Definition of Electrolytic Cell

Electrolytic cells convert electrical energy into chemical potential energy. The process is known as electrolysis. The purpose of this is usually to convert reactants into more useful products.

Electrolytic cells are one of two major categories of electrochemical cell.

The other category, voltaic cells, convert chemical potential energy to electrical energy. Battery-powered devices get their electrical energy from one or more voltaic cells.


Electrolytic cells use electrical energy to drive non-spontaneous chemical reactions - i.e. those reactions for which ΔG ≥ 0.

Examples of Electrolytic Cells

1. Manufacturing Sodium

Electrolysis is used to manufacture sodium metal from sodium chloride. sodium production

2. Recharging Batteries

Electrolysis is used to recharge rechargeable batteries: rechargeable batteries operate as voltaic cells when they are powering devices and as electrolytic cells during recharge.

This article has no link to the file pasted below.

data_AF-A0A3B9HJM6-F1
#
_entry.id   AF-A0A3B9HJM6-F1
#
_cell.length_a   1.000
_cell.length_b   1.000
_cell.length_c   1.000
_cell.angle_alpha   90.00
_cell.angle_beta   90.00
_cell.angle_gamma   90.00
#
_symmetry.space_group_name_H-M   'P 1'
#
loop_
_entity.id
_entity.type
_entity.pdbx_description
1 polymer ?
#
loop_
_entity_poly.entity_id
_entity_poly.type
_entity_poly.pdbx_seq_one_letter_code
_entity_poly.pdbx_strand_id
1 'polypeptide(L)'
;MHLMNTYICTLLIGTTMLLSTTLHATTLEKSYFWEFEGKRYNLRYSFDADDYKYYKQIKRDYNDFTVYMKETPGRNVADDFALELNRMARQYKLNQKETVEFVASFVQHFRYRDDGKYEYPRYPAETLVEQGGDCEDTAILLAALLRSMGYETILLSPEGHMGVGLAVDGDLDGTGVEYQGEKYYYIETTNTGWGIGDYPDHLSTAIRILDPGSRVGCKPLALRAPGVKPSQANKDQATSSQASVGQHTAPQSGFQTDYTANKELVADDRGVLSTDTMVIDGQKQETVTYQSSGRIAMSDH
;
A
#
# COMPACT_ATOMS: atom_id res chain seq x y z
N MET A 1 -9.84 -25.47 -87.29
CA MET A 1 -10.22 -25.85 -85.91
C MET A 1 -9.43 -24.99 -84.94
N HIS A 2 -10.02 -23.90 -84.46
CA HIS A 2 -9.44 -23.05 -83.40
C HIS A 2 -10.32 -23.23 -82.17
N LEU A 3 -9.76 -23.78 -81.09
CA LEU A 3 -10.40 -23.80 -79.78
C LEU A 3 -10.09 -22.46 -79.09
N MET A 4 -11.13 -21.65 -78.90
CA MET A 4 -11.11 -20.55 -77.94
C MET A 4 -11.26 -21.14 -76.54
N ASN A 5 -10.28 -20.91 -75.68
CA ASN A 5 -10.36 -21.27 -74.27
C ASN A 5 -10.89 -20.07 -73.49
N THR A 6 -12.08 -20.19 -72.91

For example, the Edison battery is a simple, rechargeable cell invented by Thomas Edison. It consists of two metal electrodes, one made of iron, the other of nickel. During initial charging, a coating of nickel oxide forms on the nickel electrode.

edison cell
Crude schematic of Edison cell charging

The electrolyte (the ionic liquid between the electrodes) is aqueous potassium hydroxide.

When it is discharging, the Edison cell operates as a voltaic cell. When it is being charged, the cell operates as an electrolytic cell.

The chemical equations for the reactions at the electrodes are:

Ni2O3 + H2O + 2 e- ⇌ 2 NiO + 2 OH-
Fe + 2 OH- ⇌ Fe(OH)2 + 2 e-

During discharge, when the cell is delivering electrical energy, the reactions above proceed from left to right.

During charging, when the cell is operating electrolytically, converting electrical energy to chemical potential energy, the reactions above proceed from right to left.

3. Electrolysis of Water

Electrolysis of water produces the ultimate in clean fuels; one of chemistry's Holy Grails is to split water using sunlight.


Direct current can be used to split water, as shown in the diagram

At the cathode, hydrogen ions gain electrons:

2H+(aq) + 2e- → H2(g)

At the anode, water loses electrons, forming oxygen and hydrogen ions:

2H2O(l) → O2(g) + 4H+(aq) + 4e-

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